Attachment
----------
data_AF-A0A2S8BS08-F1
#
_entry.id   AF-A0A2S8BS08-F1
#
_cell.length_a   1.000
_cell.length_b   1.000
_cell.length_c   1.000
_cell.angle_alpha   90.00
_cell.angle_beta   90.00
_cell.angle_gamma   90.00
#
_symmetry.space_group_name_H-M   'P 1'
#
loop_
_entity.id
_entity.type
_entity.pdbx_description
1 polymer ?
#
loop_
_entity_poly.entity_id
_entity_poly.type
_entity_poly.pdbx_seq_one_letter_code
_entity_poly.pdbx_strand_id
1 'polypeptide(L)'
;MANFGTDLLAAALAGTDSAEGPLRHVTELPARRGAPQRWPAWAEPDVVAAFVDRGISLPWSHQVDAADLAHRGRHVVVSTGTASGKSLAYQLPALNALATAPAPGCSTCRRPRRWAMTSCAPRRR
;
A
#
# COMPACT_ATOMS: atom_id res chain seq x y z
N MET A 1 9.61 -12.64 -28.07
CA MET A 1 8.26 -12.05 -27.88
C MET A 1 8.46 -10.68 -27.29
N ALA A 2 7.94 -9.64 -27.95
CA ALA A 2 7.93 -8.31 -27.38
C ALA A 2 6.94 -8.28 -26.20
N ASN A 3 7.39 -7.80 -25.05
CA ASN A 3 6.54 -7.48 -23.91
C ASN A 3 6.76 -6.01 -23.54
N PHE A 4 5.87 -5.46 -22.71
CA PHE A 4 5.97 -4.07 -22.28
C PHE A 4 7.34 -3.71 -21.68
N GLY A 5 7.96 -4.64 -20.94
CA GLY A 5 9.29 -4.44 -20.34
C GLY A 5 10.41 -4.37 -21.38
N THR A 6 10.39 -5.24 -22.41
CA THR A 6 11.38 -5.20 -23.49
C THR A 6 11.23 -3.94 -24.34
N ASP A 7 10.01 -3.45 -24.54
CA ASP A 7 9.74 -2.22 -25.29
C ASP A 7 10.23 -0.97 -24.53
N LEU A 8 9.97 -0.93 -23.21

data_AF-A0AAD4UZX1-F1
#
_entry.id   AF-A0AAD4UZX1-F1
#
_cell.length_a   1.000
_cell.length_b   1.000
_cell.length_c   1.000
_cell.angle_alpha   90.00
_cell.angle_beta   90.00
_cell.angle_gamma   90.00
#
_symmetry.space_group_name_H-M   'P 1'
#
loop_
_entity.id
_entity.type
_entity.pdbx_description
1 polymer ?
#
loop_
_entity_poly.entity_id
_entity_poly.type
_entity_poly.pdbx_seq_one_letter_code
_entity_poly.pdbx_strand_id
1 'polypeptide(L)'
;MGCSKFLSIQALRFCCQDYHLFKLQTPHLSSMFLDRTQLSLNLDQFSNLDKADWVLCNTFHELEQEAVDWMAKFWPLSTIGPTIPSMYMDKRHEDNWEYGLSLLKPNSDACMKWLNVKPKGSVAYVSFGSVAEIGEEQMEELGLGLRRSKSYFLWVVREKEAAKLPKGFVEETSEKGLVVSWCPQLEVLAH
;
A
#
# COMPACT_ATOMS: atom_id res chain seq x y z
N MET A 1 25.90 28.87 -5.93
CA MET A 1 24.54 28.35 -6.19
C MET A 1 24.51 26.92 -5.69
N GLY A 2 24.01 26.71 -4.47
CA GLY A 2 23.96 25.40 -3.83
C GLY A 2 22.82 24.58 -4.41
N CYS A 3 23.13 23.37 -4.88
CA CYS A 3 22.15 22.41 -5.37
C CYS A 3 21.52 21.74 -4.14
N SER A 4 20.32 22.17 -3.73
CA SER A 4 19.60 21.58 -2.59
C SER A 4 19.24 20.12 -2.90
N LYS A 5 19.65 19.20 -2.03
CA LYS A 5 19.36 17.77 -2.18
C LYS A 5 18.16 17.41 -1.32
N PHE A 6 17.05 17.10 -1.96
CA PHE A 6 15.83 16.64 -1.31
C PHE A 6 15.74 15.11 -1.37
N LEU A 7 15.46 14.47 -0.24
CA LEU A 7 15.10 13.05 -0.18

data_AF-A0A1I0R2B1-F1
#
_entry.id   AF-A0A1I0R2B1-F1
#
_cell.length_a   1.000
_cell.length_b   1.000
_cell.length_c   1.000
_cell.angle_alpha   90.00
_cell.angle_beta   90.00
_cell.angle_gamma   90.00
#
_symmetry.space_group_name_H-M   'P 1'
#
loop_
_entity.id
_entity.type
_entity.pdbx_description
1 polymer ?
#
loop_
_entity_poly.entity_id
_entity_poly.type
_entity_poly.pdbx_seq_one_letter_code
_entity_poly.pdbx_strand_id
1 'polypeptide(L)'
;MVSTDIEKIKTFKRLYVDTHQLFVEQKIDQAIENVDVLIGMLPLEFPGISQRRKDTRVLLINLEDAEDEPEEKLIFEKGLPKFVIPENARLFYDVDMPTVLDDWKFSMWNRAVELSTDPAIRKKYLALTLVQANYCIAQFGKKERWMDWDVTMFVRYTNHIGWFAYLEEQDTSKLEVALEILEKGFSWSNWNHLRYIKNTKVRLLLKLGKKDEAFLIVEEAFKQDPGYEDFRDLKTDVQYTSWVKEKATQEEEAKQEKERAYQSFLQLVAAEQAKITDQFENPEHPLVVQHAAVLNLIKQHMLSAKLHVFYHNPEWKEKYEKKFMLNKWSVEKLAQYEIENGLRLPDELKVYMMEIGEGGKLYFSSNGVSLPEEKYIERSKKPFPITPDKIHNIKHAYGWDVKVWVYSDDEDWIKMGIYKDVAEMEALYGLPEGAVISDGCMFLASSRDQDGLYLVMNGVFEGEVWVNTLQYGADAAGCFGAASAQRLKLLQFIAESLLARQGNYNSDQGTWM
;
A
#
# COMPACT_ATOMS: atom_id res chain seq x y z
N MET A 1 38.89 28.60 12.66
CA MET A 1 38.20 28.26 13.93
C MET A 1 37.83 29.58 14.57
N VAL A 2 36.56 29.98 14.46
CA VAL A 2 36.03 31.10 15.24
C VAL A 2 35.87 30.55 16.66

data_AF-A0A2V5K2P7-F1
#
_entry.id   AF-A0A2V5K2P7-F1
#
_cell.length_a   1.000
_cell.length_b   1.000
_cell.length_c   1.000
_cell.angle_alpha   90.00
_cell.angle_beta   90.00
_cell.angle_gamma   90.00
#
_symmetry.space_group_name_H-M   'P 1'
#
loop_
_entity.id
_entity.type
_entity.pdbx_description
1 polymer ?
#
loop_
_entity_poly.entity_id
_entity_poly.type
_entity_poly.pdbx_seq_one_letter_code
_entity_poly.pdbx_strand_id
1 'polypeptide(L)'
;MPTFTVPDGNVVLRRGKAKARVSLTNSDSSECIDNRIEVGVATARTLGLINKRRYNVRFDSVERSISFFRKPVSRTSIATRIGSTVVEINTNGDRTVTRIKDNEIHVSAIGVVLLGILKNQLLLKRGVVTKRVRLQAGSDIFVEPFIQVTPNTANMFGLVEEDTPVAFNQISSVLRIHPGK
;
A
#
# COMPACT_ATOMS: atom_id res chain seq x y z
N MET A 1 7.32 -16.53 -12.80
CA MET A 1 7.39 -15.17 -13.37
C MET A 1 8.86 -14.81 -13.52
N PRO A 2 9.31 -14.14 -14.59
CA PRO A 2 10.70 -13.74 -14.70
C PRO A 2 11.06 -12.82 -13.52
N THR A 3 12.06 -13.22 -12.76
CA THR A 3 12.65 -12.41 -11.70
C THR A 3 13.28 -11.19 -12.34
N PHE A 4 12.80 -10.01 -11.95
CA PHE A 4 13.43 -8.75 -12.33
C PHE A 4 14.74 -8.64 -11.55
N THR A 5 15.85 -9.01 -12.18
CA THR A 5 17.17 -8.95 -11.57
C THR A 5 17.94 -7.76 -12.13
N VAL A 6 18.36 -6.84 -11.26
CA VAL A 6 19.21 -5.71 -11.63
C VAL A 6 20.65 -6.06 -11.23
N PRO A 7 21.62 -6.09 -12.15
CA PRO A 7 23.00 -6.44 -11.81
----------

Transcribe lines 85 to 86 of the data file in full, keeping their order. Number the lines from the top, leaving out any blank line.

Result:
C MET A 1 24.51 26.92 -5.69
N GLY A 2 24.01 26.71 -4.47